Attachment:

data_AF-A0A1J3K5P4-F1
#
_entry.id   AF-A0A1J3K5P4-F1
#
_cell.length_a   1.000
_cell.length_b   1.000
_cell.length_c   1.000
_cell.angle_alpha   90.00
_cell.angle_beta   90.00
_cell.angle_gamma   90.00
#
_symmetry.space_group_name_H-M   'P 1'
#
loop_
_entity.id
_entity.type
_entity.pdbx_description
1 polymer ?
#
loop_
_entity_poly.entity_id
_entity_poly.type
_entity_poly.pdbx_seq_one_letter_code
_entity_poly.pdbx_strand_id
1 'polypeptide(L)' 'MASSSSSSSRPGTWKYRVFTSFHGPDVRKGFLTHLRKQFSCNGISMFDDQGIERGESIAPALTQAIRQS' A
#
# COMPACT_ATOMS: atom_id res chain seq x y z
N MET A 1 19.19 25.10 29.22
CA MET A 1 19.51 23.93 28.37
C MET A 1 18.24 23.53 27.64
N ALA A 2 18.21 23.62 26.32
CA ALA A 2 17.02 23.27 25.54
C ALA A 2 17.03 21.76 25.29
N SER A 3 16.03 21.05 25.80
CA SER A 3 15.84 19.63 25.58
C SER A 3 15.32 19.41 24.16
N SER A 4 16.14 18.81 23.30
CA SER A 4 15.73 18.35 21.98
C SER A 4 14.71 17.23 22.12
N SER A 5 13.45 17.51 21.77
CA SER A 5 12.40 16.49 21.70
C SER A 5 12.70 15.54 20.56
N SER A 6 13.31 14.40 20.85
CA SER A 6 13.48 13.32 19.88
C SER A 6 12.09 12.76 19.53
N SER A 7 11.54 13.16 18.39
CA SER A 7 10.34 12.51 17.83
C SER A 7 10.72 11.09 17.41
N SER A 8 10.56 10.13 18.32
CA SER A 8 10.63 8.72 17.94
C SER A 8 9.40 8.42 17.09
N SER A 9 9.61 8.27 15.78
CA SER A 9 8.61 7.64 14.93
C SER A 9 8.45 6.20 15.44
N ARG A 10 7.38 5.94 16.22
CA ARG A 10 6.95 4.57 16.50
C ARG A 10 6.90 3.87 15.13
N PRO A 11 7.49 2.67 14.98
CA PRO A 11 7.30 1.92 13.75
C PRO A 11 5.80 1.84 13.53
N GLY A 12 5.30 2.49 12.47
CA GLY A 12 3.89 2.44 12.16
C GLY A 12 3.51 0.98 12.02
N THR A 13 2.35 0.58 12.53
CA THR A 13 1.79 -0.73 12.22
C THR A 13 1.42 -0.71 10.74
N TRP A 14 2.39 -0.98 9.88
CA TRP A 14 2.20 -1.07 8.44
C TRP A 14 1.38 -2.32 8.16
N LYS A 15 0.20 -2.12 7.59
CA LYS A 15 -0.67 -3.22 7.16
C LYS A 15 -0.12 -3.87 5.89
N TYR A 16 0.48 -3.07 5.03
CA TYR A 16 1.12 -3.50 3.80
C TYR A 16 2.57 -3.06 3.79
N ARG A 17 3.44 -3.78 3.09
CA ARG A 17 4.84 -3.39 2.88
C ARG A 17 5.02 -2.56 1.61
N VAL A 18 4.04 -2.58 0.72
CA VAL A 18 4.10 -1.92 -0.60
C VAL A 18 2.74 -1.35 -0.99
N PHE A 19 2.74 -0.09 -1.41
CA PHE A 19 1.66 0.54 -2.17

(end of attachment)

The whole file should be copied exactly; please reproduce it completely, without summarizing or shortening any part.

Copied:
data_AF-A0A1J3K5P4-F1
#
_entry.id   AF-A0A1J3K5P4-F1
#
_cell.length_a   1.000
_cell.length_b   1.000
_cell.length_c   1.000
_cell.angle_alpha   90.00
_cell.angle_beta   90.00
_cell.angle_gamma   90.00
#
_symmetry.space_group_name_H-M   'P 1'
#
loop_
_entity.id
_entity.type
_entity.pdbx_description
1 polymer ?
#
loop_
_entity_poly.entity_id
_entity_poly.type
_entity_poly.pdbx_seq_one_letter_code
_entity_poly.pdbx_strand_id
1 'polypeptide(L)' 'MASSSSSSSRPGTWKYRVFTSFHGPDVRKGFLTHLRKQFSCNGISMFDDQGIERGESIAPALTQAIRQS' A
#
# COMPACT_ATOMS: atom_id res chain seq x y z
N MET A 1 19.19 25.10 29.22
CA MET A 1 19.51 23.93 28.37
C MET A 1 18.24 23.53 27.64
N ALA A 2 18.21 23.62 26.32
CA ALA A 2 17.02 23.27 25.54
C ALA A 2 17.03 21.76 25.29
N SER A 3 16.03 21.05 25.80
CA SER A 3 15.84 19.63 25.58
C SER A 3 15.32 19.41 24.16
N SER A 4 16.14 18.81 23.30
CA SER A 4 15.73 18.35 21.98
C SER A 4 14.71 17.23 22.12
N SER A 5 13.45 17.51 21.77
CA SER A 5 12.40 16.49 21.70
C SER A 5 12.70 15.54 20.56
N SER A 6 13.31 14.40 20.85
CA SER A 6 13.48 13.32 19.88
C SER A 6 12.09 12.76 19.53
N SER A 7 11.54 13.16 18.39
CA SER A 7 10.34 12.51 17.83
C SER A 7 10.72 11.09 17.41
N SER A 8 10.56 10.13 18.32
CA SER A 8 10.63 8.72 17.94
C SER A 8 9.40 8.42 17.09
N SER A 9 9.61 8.27 15.78
CA SER A 9 8.61 7.64 14.93
C SER A 9 8.45 6.20 15.44
N ARG A 10 7.38 5.94 16.22
CA ARG A 10 6.95 4.57 16.50
C ARG A 10 6.90 3.87 15.13
N PRO A 11 7.49 2.67 14.98
CA PRO A 11 7.30 1.92 13.75
C PRO A 11 5.80 1.84 13.53
N GLY A 12 5.30 2.49 12.47
CA GLY A 12 3.89 2.44 12.16
C GLY A 12 3.51 0.98 12.02
N THR A 13 2.35 0.58 12.53
CA THR A 13 1.79 -0.73 12.22
C THR A 13 1.42 -0.71 10.74
N TRP A 14 2.39 -0.98 9.88
CA TRP A 14 2.20 -1.07 8.44
C TRP A 14 1.38 -2.32 8.16
N LYS A 15 0.20 -2.12 7.59
CA LYS A 15 -0.67 -3.22 7.16
C LYS A 15 -0.12 -3.87 5.89
N TYR A 16 0.48 -3.07 5.03
CA TYR A 16 1.12 -3.50 3.80
C TYR A 16 2.57 -3.06 3.79
N ARG A 17 3.44 -3.78 3.09
CA ARG A 17 4.84 -3.39 2.88
C ARG A 17 5.02 -2.56 1.61
N VAL A 18 4.04 -2.58 0.72
CA VAL A 18 4.10 -1.92 -0.60
C VAL A 18 2.74 -1.35 -0.99
N PHE A 19 2.74 -0.09 -1.41
CA PHE A 19 1.66 0.54 -2.17